Cicil War Profiles: Gettysburg: A titanic struggle
In the dead of night on June 28, 1863, Maj. James A. Hardie arrived at Frederick, Md., on a secret mission from Washington. Hardie awakened Maj. Gen. George G. Meade in his tent with the droll comment that he “had come to give [him] trouble.”
To his astonishment, Meade — who did not grasp the humor and thought he was being arrested — learned that President Abraham Lincoln had appointed him to replace Maj. Gen. Joseph Hooker as commander of the Army of the Potomac. Meade was unaware that Hooker had submitted his resignation the previous day because of a quarrelsome relationship with General in Chief Henry Halleck.
Meade’s first order of business was to gain control of his 95,000 troops and continue pursuit of Gen. Robert E. Lee’s Army of Northern Virginia, some 72,000 strong, that was invading the North. The situation was perilous, because the Rebels were deployed across Pennsylvania from Chambersburg to York and poised to capture Harrisburg (see Coastal Point, June 13, 20 and 27, 2014).
Maj. Gen. J.E.B. Stuart and his cavalry — Lee’s eyes and ears — had become separated from the main army, causing Lee to be unaware that the Union army was on the march toward Pennsylvania. When a Rebel spy brought this timely information to Lee at Chambersburg on the 28th, however, he ordered his forces to concentrate “in the direction of Gettysburg.”
Gettysburg was a community in south-central Pennsylvania with an extensive road network that also attracted the Union army commander. On June 29, Meade, in his search for Lee, ordered Brig. Gen. John Buford’s cavalry to reconnoiter the Gettysburg area. Buford’s arrival there the next day surprised a Rebel regiment heading toward town, inducing it to retreat toward Cashtown.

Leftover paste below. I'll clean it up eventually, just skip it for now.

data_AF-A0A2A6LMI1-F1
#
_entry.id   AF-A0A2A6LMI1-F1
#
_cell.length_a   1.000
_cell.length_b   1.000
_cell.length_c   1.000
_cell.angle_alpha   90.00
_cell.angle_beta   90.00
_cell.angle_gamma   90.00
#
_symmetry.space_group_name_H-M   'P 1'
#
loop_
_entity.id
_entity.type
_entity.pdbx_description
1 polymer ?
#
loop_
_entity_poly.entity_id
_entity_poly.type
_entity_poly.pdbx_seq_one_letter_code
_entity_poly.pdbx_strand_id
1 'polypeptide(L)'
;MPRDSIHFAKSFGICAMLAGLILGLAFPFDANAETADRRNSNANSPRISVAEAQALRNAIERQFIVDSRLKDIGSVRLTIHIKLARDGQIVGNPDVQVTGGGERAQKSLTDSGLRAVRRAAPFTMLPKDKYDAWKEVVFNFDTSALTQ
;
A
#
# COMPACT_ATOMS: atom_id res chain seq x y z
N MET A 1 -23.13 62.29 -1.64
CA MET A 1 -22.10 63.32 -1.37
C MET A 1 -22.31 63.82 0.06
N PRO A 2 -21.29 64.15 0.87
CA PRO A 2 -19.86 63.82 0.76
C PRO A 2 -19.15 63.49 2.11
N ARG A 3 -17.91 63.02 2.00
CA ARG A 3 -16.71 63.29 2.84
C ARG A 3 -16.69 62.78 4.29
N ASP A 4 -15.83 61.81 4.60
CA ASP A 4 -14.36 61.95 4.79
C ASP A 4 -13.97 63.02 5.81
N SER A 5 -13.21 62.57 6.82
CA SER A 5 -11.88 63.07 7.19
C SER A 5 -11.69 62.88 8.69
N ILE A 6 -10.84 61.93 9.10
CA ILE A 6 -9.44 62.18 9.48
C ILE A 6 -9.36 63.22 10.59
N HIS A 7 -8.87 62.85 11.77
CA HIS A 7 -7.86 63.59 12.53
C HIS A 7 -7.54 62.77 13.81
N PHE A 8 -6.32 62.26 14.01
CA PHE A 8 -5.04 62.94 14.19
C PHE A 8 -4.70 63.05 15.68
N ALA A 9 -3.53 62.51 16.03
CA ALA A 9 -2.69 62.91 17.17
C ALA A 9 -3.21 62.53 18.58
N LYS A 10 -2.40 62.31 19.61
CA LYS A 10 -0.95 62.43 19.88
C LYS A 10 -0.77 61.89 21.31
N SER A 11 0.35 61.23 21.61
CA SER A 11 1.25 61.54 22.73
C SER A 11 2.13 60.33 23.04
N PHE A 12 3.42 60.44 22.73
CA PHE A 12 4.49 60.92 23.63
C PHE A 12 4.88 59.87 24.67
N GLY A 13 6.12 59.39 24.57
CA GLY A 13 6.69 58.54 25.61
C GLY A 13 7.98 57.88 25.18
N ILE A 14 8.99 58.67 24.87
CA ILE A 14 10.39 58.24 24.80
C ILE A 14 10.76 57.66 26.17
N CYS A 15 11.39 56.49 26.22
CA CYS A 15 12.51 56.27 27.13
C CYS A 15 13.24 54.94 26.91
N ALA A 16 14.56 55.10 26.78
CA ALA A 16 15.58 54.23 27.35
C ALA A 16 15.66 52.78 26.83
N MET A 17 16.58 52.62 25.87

On July 1, the Rebels sent a stronger force toward Gettysburg in search of supplies, and to determine the strength of its defenders. This ignited a firefight with Union cavalry and artillery deployed northwest of the town.
Although Lee wanted to avoid a general engagement until all his forces were up, the clash developed into a full-fledged battle as more units arrived. At the end of the day, the Confederates on the field outnumbered their opponents and gained a victory — the Northerners fleeing through Gettysburg onto Cemetery Hill south of town.
Deciding not to pursue the Yankees, the Rebels planned to strike the Union’s left flank the next day. The attack, delayed until late on July 2, encountered a strong force swelled by late arrivals. Although Maj. Gen. Daniel Sickles’ unauthorized movement with his corps created a vulnerable salient in the Union line, Meade’s army stood firm against Lt. Gen. James Longstreet’s assault.
When darkness brought an end to the fighting, the Union commanders met and decided to remain in a defensive posture along Cemetery Ridge, rather than withdrawing to a predetermined location in Maryland.
They based this decision in part on a report about the enemy’s fitness from Meade’s intelligence staff: “Prisoners have been taken today and last evening from every brigade in Lee’s army excepting the … brigades in [Maj. Gen. George E.] Pickett’s division.”
Nonetheless, perceiving vulnerability in the Union defenses on the second day, Lee determined “the general plan [of attack] was unchanged” for July 3. Lee ordered an offensive directed at the left-center of the Union position, with a key role for Pickett’s fresh division.
An earth-shaking artillery bombardment of the Union lines around 1 p.m. on July 3 preceded a march across a mile-wide field by some 12,500 intrepid Rebel soldiers under the command of Pickett, Brig. Gen. J. Johnston Pettigrew and Maj. Gen. Isaac R. Trimble. Their burden, however, was heavier than they could bear, as Union firepower mowed them down like a scythe through a field of wheat.
The repulse of “Pickett’s Charge” signaled an end to the fighting at Gettysburg. That night, Lee planned a withdrawal from the battlefield and a long march back to Virginia. The three days at Gettysburg had cost him more than 23,000 casualties, while the Northern army’s losses were similar in number.
Meade, the victor in a titanic struggle against the South’s finest general, still had difficult choices to make. Lincoln expressed gratitude, along with further expectations: “Now, if General Meade can complete his work, so gloriously prosecuted thus far, by the literal or substantial destruction of Lee’s army, the rebellion will be over.”
Lincoln feared Lee would escape across the Potomac River uncontested. The focus was now on Meade, and his response to the assignment that loomed ahead.
(Note: Sources include War of the Rebellion Official Records and National Archives files.)
Bethany Beach resident Thomas J. Ryan is the author of “Essays on Delaware during the Civil War” (available at Bethany Beach Books or from www.tomryan-civilwar.com). Contact him at